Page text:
Away from the live gig circuit, Jeremy explains the more genteel process of writing and recording. “I usually get the bass-lines worked out straight away for a new song. There are three main writers, Mark (Chadwick) and Simon (Friend) and I. I write lyrics, and the other guys will put my words to music, or they have songs and we sit down and jam through them. When we have a rough structure, I will refine my bass-lines, and then everyone rehearses the songs to a decent level for recording. We’re lucky, because the chemistry of the band works well. When we have new songs we don’t have to work very hard to get them into a decent shape. I start off with the root note and then build it up from there.
“I’m not a very technical musician, so if everyone changes chords I put a run in from one to the other. Occasionally I’ll ask Matt (Savage), our keyboard player, to check that I have the right sequence of notes in place. Jon (Sevink), the fiddle player and I tend to play off each other, and Matt will help us to sort out who does what.”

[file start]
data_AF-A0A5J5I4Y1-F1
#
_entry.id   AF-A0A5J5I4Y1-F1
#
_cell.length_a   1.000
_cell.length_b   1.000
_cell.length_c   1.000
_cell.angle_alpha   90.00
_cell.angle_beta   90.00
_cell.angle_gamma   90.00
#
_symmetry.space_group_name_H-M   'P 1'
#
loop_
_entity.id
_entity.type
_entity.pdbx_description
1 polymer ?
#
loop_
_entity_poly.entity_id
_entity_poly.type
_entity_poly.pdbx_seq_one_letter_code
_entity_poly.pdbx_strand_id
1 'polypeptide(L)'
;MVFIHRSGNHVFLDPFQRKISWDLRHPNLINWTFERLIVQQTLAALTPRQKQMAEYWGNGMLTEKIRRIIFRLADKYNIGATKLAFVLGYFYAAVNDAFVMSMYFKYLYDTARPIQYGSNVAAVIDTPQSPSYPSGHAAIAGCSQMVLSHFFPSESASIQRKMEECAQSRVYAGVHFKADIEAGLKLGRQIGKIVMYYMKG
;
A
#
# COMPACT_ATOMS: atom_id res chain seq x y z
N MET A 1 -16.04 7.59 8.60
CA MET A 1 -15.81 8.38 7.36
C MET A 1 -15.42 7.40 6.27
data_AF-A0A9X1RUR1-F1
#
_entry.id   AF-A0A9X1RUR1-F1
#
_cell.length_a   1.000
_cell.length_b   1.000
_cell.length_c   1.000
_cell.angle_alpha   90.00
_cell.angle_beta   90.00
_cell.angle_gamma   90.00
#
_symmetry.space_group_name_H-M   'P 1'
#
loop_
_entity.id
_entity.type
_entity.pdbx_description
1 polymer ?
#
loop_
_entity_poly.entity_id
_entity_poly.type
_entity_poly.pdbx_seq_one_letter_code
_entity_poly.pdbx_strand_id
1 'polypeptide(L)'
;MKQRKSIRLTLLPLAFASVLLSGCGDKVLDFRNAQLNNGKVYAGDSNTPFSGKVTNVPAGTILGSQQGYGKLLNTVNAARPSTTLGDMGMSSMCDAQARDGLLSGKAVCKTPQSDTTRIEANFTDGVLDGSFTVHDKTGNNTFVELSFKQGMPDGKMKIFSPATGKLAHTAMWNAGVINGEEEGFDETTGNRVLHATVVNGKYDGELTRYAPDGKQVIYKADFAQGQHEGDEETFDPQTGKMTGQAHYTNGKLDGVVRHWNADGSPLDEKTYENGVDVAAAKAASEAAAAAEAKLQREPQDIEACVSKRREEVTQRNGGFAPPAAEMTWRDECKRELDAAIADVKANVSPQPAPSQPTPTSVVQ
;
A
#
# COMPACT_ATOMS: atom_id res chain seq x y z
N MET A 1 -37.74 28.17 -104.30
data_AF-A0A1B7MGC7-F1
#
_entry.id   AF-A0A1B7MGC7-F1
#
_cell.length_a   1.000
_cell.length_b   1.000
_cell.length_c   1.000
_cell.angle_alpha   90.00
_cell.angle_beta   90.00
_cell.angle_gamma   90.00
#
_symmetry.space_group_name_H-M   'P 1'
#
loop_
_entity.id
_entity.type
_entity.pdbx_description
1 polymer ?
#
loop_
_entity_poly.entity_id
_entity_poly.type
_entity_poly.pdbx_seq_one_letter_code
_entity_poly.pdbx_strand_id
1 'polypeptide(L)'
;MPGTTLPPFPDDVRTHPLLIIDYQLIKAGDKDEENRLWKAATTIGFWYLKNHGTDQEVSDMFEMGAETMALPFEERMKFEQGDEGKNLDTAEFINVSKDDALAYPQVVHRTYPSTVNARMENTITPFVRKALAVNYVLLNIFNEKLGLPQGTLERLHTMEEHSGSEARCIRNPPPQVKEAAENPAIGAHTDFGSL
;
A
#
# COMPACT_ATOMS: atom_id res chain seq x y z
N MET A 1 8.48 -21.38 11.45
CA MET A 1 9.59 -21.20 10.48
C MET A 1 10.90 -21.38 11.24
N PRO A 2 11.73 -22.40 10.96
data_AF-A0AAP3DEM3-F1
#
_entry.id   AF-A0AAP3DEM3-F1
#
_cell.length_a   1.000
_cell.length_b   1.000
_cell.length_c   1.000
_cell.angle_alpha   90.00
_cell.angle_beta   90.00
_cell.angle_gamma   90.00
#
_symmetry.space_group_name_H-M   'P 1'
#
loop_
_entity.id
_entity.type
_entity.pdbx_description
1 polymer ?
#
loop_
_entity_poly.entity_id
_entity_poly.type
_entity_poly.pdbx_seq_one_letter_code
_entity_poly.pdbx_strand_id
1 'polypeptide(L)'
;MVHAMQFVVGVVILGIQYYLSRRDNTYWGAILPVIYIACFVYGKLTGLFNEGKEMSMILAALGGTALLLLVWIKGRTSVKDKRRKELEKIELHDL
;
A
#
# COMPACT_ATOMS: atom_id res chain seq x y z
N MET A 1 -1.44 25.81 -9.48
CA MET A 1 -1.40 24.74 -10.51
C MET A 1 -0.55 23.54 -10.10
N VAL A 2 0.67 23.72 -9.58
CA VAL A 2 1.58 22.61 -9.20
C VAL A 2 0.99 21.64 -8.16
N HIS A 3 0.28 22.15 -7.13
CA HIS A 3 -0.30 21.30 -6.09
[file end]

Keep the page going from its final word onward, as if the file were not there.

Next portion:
Is his playing style based on anyone he admires? “Not really. I have my heroes, but that was more when I learned to play. I really enjoy Larry Graham from Sly & The Family Stone, and I have always loved Geezer Butler. The rest of the band leave the studio when I’m warming up by playing Sabbath riffs.”
Before we part company, Jeremy relays the sad tale of his the long-lost fa- vourite bass. “I had an old Ibanez bass with a solid mahogany body. I loaned it to someone who sold it, I was really upset. Then I saw it in the window of the local instrument shop with a label on it that said ‘Played by Jeremy Cunningham Of The Levellers’ and I should have got it back, but I wasn’t quick enough. Still, as long as it’s being played, that’s the main thing.”
It’s this level of acceptance of the ups and downs that will lead the Levellers to their quarter-century this year. They’re celebrating by releasing a film following the band on tour and in the studio – just watch out for those flailing dreadlocks.